Many regions of the United States are susceptible to temperatures below 55 degrees Fahrenheit in the fall, which means insects such as ants, beetles, stink bugs, large outdoor cockroaches, and wasps begin finding their way into your warm home. While 74 percent of Americans surveyed by Raid believe they have more bugs in the home in summer, what they may not know is their home remains susceptible to unwanted visitors well into the cooler months.
To keep these bugs, and other pests, out of your home this winter and stay ahead of the “fall crawl,” consider the following:
Step 1: Seal Your Home Against Insects
As temperatures drop, food, water, and shelter become more difficult for insects to find outdoors, which can cause them to invade your house looking for these disappearing resources they need to survive. To help prevent this from happening:
Weatherproof all windows and doors to seal off cracks around ledges and edges. This will help to keep outdoor pests outdoors.
Check your home for light leaks and seal any exterior-opening gaps or cracks that can enable pests as large as rodents and bats to get in.
Caulk cracks along bathroom and kitchen fixtures. Even the tiniest of these can enable insects to sneak in and provides them with easy access to the water they need for survival.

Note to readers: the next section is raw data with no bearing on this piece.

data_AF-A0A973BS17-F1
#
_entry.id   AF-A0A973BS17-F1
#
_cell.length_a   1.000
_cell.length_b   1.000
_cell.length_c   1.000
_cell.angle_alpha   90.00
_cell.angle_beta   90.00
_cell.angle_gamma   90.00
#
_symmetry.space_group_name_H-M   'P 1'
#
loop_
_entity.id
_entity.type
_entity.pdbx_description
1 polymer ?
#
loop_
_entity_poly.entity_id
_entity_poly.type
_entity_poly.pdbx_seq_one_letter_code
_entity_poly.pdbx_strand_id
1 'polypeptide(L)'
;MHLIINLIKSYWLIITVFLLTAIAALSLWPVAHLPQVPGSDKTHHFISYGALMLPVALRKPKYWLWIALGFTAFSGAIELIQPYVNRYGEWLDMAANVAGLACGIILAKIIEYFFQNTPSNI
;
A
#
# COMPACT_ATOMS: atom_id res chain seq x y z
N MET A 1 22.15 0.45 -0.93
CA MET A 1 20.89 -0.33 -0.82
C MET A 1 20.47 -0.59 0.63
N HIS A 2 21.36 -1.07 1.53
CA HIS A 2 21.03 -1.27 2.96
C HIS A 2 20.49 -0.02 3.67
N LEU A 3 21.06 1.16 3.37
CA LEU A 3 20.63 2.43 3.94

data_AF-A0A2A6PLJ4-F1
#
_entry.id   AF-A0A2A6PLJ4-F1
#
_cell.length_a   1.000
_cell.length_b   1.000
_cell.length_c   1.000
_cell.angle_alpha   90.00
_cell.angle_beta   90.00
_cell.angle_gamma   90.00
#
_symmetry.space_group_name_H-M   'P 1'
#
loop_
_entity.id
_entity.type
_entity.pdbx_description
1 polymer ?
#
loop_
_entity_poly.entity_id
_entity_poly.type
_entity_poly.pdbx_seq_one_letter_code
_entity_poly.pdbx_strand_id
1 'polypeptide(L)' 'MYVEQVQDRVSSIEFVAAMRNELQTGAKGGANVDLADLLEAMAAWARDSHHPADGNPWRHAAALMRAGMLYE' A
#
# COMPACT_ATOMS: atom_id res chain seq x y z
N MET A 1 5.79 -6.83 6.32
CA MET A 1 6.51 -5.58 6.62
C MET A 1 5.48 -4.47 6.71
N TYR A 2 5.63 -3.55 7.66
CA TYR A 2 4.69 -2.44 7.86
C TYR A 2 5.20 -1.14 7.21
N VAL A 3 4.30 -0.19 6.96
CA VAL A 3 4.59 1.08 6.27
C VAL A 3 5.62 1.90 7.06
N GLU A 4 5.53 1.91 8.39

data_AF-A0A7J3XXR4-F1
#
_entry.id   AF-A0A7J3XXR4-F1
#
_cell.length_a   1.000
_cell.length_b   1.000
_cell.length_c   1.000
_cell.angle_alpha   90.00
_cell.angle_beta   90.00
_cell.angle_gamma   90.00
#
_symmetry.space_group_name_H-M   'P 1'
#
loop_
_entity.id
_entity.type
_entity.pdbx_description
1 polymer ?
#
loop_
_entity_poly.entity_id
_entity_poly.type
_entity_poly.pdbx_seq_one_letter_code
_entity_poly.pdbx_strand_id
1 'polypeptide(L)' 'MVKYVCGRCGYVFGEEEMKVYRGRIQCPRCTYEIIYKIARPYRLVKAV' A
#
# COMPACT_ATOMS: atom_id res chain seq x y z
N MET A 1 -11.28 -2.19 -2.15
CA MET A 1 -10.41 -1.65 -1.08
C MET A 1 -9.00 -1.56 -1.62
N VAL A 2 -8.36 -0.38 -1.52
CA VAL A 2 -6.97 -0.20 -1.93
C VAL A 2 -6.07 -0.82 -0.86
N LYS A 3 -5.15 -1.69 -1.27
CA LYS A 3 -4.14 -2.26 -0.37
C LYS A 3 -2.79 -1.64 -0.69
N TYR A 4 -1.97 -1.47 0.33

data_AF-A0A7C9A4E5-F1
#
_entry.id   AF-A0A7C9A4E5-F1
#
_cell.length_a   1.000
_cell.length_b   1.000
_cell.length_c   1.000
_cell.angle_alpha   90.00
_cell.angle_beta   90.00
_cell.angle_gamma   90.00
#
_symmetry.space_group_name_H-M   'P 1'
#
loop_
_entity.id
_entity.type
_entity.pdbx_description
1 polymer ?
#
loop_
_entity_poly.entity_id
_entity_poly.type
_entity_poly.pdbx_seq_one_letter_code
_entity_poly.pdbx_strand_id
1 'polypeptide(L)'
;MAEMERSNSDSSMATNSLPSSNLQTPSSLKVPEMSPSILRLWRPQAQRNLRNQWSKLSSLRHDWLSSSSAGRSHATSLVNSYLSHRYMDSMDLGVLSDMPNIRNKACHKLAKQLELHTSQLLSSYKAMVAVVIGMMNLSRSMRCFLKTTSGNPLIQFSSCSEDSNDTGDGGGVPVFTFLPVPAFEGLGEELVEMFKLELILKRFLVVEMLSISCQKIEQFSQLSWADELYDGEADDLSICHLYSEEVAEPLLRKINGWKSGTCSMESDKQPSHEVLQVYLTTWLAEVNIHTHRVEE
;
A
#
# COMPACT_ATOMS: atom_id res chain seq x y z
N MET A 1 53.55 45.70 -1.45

Step 2: Fortify Your Defense Against Pests
You might miss a few areas when sealing your house, and that’s where backup products come in.
Use long-lasting indoor/outdoor labeled pesticide products to spray around the perimeter of your house and larger entryways like doors. For best results, apply both indoors and outdoors.
To keep pests out of indoor sensitive areas, such as kitchen sinks, backsplashes, and bathrooms, use a product that is labeled for these areas and has a precise-tip applicator enabling application into tight spots, cracks, and crevices.
Keep floors swept, counters wiped, and food stored in the refrigerator or insect-resistant packaging. This will help reduce rodent and insect attraction and ensure you are not providing easy access to food and water for their survival.
Step 3: Break Bad Habits That Attract Pests
Cooling temperatures are not the only factor attracting bugs to your house—in fact, your everyday actions may be inadvertently inviting bugs in. To help keep pests out, change the following habits:
Do you store firewood next to your house? If you do, you are inviting wood-boring pests to invade your home. Always store firewood at least 3 feet away from your house and bring in only the amount that you will burn quickly. This will keep pests that do come in on the firewood from crawling off and taking shelter in your home.
Are there any recycling bins stored in an attached garage or near your home? The remnants of soda and other food products can attract ants. While the sight of a few ants might not be alarming, ants will leave a scent trail for other ants to follow.
Do you have piles of old paper, fabric, or other clutter sitting in an out-of-the-way place—or even a regularly used room? These can provide shelter (and even food) for several insect and rodent pests. Keeping your home clean means limiting its attraction to pests.